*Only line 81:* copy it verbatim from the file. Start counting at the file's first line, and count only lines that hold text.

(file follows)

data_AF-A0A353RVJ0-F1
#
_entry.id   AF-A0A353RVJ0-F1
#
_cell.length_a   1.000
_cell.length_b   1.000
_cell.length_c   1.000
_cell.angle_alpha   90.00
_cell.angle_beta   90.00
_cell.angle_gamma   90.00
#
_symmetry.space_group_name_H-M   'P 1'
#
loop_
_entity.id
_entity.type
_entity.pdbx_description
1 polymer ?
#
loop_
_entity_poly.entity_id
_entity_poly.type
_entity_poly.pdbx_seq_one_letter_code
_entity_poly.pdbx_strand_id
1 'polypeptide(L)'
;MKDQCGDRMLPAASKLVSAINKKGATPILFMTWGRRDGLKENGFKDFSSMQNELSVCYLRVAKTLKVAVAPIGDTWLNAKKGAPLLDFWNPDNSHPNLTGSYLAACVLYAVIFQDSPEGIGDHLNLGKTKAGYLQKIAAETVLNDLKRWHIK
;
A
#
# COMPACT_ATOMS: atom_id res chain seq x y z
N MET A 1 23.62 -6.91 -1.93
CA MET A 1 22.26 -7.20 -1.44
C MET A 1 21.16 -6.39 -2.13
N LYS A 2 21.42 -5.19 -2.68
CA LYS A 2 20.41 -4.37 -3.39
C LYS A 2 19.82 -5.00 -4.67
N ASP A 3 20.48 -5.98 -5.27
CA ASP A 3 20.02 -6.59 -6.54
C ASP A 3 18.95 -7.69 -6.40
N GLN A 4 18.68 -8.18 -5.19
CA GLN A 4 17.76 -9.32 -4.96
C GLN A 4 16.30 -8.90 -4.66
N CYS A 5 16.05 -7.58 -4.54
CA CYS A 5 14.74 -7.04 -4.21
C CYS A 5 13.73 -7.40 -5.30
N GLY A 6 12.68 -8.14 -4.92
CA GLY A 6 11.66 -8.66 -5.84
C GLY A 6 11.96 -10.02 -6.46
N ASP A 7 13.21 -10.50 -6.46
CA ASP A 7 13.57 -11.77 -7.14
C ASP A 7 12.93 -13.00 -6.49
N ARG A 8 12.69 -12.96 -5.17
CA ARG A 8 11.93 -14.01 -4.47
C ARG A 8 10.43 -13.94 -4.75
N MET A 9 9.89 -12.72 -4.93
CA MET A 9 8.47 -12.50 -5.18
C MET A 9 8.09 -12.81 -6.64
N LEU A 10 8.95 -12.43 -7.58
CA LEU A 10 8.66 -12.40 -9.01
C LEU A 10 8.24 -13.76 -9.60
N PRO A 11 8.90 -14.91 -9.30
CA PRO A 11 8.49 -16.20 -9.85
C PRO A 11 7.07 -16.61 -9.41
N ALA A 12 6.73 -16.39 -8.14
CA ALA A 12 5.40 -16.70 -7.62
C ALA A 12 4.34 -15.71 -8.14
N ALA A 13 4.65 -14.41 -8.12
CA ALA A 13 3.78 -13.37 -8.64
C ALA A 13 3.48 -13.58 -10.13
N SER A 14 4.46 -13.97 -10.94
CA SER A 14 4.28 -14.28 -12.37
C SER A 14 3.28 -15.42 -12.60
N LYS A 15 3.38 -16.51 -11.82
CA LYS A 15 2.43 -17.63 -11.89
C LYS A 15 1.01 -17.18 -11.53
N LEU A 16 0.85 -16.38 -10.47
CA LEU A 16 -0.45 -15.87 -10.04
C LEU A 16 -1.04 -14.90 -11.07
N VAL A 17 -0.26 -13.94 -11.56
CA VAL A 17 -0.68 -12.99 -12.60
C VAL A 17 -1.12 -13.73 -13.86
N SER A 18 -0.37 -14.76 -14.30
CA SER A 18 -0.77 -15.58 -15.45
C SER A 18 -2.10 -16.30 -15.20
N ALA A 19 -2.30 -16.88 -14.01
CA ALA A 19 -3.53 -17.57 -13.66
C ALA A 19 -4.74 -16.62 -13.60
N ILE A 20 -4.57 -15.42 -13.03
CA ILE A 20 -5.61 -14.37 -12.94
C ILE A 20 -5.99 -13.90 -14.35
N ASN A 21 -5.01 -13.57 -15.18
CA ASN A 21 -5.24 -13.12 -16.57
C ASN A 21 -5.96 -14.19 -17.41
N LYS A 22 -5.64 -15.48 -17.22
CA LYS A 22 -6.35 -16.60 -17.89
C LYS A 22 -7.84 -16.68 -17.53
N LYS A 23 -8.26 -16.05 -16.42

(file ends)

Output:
C VAL A 17 -1.12 -13.73 -13.86